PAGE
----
“Elizabeth George reigns as queen of the mystery genre. The Lynley books constitute the smartest, most gratifyingly complex and impassioned mystery series now being published.” —Entertainment Weekly
One of the most acclaimed entries in Elizabeth George’s New York Times bestselling Inspector Lynley series—a masterfully structured, multilayered jigsaw puzzle of a mystery rich with intrigue and atmosphere
On compassionate leave after the murder of his wife, Thomas Lynley is called back to Scotland Yard when the body of a woman is found stabbed and abandoned in an isolated London cemetery. His former team welcomes his return; they don’t trust their new department chief, Isabelle Ardery, whose off-putting manner leaves them on edge. Lynley may be the sole person who can see beneath his superior officer's hard-as-nails exterior to a hidden—and compelling—vulnerability.
While Lynley works in London, his former colleagues Barbara Havers and Winston Nkata follow the murder trail south to the New Forest—a beautiful and strange place where animals roam free, the long-lost art of thatching is very much alive, and outsiders are suspect. What they don't know is that more than one dark secret lurks within the secluded woodlands, and that their investigation will lead them to an outcome that is both tragic and shocking.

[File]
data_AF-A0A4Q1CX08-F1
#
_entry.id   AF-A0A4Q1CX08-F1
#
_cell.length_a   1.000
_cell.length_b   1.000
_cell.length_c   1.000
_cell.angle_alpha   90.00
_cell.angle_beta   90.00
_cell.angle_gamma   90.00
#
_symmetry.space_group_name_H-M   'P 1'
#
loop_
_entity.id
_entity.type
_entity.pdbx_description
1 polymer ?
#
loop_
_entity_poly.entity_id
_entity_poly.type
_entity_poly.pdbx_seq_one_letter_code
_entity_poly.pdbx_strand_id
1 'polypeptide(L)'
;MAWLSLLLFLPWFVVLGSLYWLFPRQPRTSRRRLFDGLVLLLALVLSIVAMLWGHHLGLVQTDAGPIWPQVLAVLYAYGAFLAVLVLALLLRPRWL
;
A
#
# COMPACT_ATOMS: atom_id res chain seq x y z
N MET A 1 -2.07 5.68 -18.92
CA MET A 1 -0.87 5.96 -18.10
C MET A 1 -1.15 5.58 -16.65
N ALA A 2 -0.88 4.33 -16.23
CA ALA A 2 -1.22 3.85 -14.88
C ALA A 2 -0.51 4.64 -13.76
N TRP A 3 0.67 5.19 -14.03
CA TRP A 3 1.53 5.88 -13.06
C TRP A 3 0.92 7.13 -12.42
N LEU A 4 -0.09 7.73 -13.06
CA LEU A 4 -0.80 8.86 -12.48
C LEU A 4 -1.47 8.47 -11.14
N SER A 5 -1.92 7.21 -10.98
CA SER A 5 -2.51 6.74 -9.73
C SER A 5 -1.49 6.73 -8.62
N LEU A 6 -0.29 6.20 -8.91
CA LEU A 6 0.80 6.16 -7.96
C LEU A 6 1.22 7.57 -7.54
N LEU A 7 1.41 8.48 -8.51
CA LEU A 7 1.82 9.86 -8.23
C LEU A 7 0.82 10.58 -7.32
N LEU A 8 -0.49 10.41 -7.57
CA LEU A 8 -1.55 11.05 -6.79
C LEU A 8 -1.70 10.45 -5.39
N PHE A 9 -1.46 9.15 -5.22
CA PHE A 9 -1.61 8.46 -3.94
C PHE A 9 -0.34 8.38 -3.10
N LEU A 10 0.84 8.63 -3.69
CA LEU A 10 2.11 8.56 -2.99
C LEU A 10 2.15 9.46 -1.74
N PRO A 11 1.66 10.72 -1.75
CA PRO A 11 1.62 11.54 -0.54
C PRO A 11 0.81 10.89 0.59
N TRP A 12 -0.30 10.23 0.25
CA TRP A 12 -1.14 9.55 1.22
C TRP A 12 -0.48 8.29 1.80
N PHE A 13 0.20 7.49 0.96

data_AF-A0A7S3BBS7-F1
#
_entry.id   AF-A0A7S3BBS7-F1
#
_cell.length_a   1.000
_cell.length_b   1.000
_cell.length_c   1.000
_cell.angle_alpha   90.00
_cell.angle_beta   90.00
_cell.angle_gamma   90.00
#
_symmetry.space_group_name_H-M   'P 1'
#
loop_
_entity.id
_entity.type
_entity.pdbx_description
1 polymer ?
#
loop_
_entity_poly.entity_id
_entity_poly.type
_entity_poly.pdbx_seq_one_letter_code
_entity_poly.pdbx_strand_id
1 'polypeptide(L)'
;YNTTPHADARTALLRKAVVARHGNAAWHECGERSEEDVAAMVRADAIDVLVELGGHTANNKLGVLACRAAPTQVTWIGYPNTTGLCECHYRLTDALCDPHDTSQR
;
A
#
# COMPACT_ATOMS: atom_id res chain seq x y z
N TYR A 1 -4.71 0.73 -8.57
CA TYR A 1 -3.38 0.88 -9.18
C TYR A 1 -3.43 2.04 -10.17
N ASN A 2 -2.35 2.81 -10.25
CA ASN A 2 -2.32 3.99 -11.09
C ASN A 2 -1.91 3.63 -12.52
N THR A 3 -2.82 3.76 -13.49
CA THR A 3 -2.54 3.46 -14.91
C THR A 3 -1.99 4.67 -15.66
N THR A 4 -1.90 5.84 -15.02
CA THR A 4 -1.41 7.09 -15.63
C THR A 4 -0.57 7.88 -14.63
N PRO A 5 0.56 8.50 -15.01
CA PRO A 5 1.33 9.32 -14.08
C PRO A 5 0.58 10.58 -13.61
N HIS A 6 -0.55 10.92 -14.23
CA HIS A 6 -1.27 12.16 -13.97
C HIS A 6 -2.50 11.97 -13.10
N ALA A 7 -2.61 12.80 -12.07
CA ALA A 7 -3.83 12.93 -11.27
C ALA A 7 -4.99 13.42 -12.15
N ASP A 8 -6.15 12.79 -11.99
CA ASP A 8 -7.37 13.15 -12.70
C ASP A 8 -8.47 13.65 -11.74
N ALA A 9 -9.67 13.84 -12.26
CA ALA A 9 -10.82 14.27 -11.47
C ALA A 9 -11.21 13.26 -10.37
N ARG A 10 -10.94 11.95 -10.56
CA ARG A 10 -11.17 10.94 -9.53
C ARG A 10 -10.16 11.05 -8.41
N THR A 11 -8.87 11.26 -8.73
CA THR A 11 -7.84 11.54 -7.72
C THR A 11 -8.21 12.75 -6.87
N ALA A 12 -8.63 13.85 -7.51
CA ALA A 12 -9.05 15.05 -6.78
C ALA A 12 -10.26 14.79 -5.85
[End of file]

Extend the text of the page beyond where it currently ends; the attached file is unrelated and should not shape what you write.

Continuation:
British stage actor John Lee proves an excellent match for George's long and very convoluted new crime novel. A richly detailed murder mystery with more subplots than a soap opera, the story follows a trio of New Scotland Yarders series favorites Det. Insp. Thomas Lynley, Sgt. Barbara Havers, and a newcomer, their boss, temporary department chief Isabelle Ardery as they investigate the slaying of a young woman in a London cemetery. Plus, George adds chapters referring to the actual 1993 torture and murder of toddler James Bulger to the mix. Lee possesses the concentration necessary to keep everything straight and maintain at least a fair amount of tension for 26 hours; his is less a narration than a bravura vocal performance. Using dead-on accents, he becomes each of the characters, be they British swells like Lynley and his friends, working-class like Havers, East Indian, Irish, African, young, old, male, female, straight, gay, and everything in between. He even manages to make the token American sound authentic. A Harper hardcover (Reviews, Mar. 1).